Contact: Joe Vargo, Perris Public Information Officer
Phone: 951-956-2120
jvargo@cityofperris.org

 

 

Perris Centennial Calendar Unveiled

The Perris Valley Historical and Museum Association unveiled its Centennial Calendar this week, a 12-month tribute to the City that features historic photos of many of the landmarks that Perris on the map.

Katie Keyes and Midgie Parker, both lifelong residents of the Perris Valley, spoke at the City Council meeting Tuesday, explaining that nearly a year went into the making of the centennial calendar. The pair worked with photographer Bill Hulstrom and graphic designer Dan Yost to create a once-in-a-lifetime calendar that blends historic photos and images of a quaint farming community and pictures of the modern progressive Perris, a place gaining a regional and national reputation as a great City to work, play and live.

“It was a labor of love,” Keyes said. “It’s always important to remember your roots. We had a fun learning experience and we enjoyed it.”

The Perris Centennial Calendar is available for $10 and can be purchased at the Perris Depot Building at Fourth and C Streets. The Depot is open Thursdays through Sundays from 12 p.m. to 4 p.m.

Midgie Parker, a member of the Perris Valley Historical and Museum Association, displays the Centennial Calendar during this week’s meeting of the Perris City Council
Midgie Parker, a member of the Perris Valley Historical and Museum Association, displays the Centennial Calendar during this week’s meeting of the Perris City Council.

Keyes said the calendar historians sorted through a trove of pictures captured through the decades since Perris incorporated as a City on May 26, 1911. The front page of the calendar is taken from a post card sent from Perris soon after it incorporated and also includes a collectible plate from the Perris Mercantile Company from 1911.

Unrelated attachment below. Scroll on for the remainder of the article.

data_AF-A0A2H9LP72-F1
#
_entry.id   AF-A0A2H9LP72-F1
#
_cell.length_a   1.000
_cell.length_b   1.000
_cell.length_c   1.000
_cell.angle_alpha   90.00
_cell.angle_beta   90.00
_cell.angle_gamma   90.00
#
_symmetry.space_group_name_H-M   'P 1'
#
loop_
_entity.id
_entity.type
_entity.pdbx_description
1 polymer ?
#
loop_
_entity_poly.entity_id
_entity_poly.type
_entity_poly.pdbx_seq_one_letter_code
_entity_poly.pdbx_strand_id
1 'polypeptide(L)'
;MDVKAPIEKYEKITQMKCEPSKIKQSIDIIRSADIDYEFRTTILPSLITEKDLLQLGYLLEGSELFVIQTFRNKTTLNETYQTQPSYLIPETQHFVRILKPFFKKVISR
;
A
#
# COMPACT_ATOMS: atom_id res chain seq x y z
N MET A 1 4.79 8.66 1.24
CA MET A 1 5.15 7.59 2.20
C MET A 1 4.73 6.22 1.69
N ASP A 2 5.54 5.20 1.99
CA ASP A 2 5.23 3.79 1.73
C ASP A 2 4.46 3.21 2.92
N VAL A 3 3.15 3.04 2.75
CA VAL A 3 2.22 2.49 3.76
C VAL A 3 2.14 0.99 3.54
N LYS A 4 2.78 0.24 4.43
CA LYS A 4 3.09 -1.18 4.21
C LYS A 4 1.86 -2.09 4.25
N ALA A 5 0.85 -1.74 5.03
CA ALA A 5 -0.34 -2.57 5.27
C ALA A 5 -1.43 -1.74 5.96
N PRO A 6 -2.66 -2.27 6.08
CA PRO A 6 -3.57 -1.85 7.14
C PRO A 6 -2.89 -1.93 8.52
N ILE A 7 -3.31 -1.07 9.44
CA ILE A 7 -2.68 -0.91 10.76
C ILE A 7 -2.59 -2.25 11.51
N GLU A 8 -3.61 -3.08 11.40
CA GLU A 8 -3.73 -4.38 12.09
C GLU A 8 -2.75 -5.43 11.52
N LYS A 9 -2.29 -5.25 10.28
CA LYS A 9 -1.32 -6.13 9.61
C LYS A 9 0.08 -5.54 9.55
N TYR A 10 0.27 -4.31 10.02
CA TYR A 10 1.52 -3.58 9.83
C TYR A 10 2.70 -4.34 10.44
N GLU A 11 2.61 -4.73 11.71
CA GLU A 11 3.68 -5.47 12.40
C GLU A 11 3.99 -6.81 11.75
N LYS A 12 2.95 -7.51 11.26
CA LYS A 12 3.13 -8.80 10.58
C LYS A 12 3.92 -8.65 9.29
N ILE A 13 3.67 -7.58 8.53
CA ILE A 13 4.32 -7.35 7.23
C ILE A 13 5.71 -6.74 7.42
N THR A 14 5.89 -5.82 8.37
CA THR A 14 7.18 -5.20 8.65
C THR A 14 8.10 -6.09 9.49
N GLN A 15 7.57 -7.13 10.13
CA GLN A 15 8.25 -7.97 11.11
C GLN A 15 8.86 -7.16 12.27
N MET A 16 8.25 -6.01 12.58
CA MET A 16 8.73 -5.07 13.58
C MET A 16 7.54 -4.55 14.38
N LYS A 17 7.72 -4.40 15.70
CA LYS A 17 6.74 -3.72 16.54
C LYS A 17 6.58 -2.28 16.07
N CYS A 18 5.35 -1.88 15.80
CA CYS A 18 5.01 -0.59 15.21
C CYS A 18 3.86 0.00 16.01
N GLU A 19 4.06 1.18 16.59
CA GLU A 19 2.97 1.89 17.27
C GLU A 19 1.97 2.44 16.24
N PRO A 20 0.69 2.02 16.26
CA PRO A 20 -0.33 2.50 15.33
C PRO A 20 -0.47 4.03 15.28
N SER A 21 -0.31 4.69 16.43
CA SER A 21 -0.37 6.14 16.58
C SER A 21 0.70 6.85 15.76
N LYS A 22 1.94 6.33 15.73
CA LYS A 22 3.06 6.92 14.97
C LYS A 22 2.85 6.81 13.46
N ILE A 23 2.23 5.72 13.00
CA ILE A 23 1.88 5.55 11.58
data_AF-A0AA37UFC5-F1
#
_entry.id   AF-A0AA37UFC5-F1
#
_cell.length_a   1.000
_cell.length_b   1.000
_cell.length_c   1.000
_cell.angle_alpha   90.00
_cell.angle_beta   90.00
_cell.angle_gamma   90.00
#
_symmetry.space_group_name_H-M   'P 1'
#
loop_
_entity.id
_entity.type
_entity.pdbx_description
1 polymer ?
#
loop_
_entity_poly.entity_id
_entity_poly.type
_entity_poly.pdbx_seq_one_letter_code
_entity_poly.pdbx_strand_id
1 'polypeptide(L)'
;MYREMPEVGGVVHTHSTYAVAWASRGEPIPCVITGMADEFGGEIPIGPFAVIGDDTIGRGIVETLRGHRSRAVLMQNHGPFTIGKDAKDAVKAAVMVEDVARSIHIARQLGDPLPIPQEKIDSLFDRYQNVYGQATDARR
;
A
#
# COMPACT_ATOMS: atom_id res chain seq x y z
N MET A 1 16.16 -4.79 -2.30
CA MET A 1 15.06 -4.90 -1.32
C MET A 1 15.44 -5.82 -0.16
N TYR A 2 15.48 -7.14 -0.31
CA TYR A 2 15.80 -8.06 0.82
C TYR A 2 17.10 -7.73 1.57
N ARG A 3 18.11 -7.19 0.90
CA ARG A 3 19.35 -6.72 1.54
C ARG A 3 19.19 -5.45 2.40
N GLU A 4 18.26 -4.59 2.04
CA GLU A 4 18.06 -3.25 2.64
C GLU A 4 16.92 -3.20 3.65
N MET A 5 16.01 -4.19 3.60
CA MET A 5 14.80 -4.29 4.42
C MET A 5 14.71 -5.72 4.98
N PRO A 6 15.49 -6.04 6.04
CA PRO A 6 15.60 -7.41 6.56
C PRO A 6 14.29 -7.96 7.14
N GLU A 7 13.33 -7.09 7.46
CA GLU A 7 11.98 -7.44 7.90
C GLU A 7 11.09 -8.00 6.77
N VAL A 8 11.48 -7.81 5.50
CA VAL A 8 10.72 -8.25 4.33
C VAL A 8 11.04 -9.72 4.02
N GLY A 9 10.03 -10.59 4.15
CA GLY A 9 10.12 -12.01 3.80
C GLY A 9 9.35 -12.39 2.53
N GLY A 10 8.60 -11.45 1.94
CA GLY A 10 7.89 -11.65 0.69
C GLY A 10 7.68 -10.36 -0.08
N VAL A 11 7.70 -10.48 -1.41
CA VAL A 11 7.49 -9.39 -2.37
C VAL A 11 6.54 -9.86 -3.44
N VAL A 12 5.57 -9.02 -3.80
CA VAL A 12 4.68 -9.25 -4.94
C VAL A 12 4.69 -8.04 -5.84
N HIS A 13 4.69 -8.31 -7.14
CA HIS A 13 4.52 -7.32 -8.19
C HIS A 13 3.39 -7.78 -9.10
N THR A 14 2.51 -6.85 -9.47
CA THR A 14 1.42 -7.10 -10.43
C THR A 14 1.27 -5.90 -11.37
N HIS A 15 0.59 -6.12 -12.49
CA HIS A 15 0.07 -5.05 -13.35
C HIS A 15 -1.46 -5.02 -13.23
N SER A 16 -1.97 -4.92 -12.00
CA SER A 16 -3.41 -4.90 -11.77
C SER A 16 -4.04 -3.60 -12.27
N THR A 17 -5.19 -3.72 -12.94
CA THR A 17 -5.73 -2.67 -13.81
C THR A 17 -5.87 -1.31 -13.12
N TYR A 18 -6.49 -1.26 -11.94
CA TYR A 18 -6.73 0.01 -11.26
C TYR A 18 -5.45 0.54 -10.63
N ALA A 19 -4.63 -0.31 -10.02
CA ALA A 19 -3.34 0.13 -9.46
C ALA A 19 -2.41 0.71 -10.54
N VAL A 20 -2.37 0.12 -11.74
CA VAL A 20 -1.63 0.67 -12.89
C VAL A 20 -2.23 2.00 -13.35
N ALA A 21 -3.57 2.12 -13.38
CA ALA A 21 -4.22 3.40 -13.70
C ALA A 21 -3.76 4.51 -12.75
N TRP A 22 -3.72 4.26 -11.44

The photo collection includes pictures from the Depot, Bank of Perris, Southern Hotel, Rock House, City Hall and City Council Chambers. It also includes images from when agriculture was king of Perris, including a page devoted to potato farmer Norman Hughes, who owned property at Perris Boulevard and Rider Street in the 1950s, which was outside the City limits at the time. The calendar also includes a montage of photos taken from the same location on D and Fifths streets in 1910, 1950 and 2010, capturing the progress in the form of new businesses, telephone and electrical lines and pavement replacing the original dirt roadway.

Modern images of Perris include pictures taken of Lake Perris and at the Perris Valley Airport. The latter captures a formation jump of women from more than 30 countries who parachuted to raise money for breast cancer awareness and funding.

Katie Keyes turns to the page commemorating the historic Bank of Perris
Katie Keyes turns to the page commemorating the historic Bank of Perris.

Perris City officials reacted enthusiastically after this week’s presentation.

Mayor Daryl Busch called the calendar “wonderful.”

“It’s loaded with marvelous pictures,” he said. “You’ve done an excellent job.”

Mayor Pro-Tem Joanne Evans said the calendar was “really great” and praised Keyes, Parker and Yost on their “awesome job.”

City Councilwoman Rita Rogers said she was pleased to see “so much of the wonderful history of Perris preserved.”

City Councilman Mark Yarbrough the Centennial Calendar is a fitting tribute for a centennial City.

A close-up of the Perris Centennial Calendar
A close-up of the Perris Centennial Calendar.

“You only get to turn 100 once,” he said. “Thanks for all the hard work.”
City Councilman Al Landers said he appreciated the historical and museum association taking a leading role in helping Perris celebrate its 100th birthday.

“I want to extend my warmest thanks for all the great work they have done and will do over the next year,” he said.
Keyes asks that anyone requesting a Centennial Calendar who cannot get to the Perris Depot call there at (951) 657-0274 or call her at (951) 956-9081.